Suddenly, the Cowboys had first and 20, which is hard enough to convert even when you have all five starting offensive linemen out there. Unsurprisingly, they punted the ball and the Cardinals were able to hit a 62-yard field goal to up the lead to 21-10. Were it not for the pass interference penalty, though, the Cowboys may have been able to tie things up before getting the ball in the second half. This one was a killer.

Busted coverage leaves Michael Wilson wide open for huge gain

The Cowboys reverted back to their usual selves to start the second half. The offense moved the ball well until they reached the red zone, and the defense forced two straight punts. When the Cardinals took the field for their third possession of the half, their lead had been cut to just five points. Another stop from the defense would set the Cowboys up in great position to take the lead.

That’s when things fell apart. On the very first play of the drive, Dobbs dropped back and launched the ball to a wide open Michael Wilson, with no defender even near him.

Wilson wouldn’t even get touched until he had already reached the red zone, and he didn’t go down until getting inside the Dallas 10-yard line. Three plays later, the Cardinals scored a touchdown to go up 28-16 with seven minutes remaining. That lead proved to be insurmountable, but it was wholly set up by the blown coverage.

Refs pick up flag for pass interference in the endzone

The Cowboys’ odds of making a comeback late in the game were incredibly slim, but not zero. The offense, led by Prescott, began moving the ball quickly and effectively down the field until they reached the red zone.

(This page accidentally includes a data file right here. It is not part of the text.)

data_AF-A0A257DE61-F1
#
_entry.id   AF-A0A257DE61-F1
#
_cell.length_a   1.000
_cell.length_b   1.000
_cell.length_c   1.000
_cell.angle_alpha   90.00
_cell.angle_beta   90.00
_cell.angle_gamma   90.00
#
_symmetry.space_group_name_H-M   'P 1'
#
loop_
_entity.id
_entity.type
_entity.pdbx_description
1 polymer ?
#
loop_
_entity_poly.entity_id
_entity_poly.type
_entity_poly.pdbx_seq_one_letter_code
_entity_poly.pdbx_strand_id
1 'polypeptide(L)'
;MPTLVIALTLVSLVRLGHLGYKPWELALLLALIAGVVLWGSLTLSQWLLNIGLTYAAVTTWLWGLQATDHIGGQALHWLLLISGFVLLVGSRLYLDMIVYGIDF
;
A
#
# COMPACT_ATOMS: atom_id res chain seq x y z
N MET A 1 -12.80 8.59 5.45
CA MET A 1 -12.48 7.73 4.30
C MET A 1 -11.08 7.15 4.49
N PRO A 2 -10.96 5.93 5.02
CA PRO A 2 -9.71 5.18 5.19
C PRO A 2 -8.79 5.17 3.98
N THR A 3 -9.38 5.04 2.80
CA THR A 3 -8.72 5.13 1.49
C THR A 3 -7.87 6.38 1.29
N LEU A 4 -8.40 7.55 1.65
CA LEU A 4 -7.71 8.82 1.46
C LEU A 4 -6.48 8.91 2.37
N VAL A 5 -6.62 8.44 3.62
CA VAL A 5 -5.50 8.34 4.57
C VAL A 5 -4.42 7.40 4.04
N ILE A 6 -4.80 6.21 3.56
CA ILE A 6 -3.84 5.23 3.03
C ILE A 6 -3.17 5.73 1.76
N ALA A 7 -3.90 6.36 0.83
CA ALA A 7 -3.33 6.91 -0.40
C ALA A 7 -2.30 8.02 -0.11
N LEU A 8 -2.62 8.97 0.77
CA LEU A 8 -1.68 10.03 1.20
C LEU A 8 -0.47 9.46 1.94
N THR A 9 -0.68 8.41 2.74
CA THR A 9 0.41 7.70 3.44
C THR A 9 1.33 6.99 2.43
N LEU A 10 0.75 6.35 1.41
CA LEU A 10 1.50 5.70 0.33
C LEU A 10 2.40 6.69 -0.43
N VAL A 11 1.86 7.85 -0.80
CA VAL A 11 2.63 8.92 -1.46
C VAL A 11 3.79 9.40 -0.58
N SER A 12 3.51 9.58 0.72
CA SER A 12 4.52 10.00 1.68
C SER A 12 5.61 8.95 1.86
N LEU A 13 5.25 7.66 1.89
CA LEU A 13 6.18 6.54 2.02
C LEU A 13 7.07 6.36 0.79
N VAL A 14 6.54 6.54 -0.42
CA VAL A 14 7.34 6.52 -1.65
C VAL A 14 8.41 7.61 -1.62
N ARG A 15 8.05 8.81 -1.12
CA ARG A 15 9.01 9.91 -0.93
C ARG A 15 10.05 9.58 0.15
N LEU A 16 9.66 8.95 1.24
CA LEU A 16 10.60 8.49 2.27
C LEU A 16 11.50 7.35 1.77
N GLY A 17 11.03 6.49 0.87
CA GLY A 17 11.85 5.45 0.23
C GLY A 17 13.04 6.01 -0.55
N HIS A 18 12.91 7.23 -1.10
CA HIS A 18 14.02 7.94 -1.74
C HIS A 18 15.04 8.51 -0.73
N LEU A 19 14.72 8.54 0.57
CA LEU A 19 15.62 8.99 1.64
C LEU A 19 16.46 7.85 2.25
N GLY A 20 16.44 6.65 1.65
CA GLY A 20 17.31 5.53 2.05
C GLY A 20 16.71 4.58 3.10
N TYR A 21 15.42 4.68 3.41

On second and one at the Arizona 18, Prescott fired a shot to Michael Gallup in the endzone. Marco Wilson, the defensive back in coverage, made contact with Gallup and did not turn his head around to locate the ball, a common indicator of pass interference. A flag was even thrown by the official closest to the action, but it was ultimately picked up with no real explanation for why.

Had the officials called a pass interference penalty, the Cowboys would’ve been set up with first and goal on the goal line with just over five minutes left. Instead, they ran six more plays that burned over two minutes of clock before Prescott threw his first interception of the season in the endzone. There’s no telling what would’ve happened if the penalty was called, and the Cowboys are obviously still responsible for what happened afterwards, but the decision to pick up the flag loomed large on this drive.

BONUS: All the offsides penalties

It’s impossible to talk about this game without discussing the penalties. Two Cowboys penalties made this list, and there’s plenty more to be included as well. A big part of this loss has to do with the Cowboys’ inability to get the Cardinals offense off the field. Much of that has to do with all the penalties the defense incurred, many of them being offsides penalties.

Of the Cowboys’ 13 penalties in this game, seven were on the defense and four of those were offsides penalties. There was even another one that should’ve been called, as Sam Williams jumped early on a play that resulted in a sack for Parsons. This list could easily have just been offsides penalties from this Dallas defense.

It was just another example of how the Cowboys were too eager and undisciplined in the game from start to finish. Drives were extended and stops were wiped out by these penalties, which is how a relatively inefficient offense like the Cardinals beats a defense with as many playmakers as the Cowboys.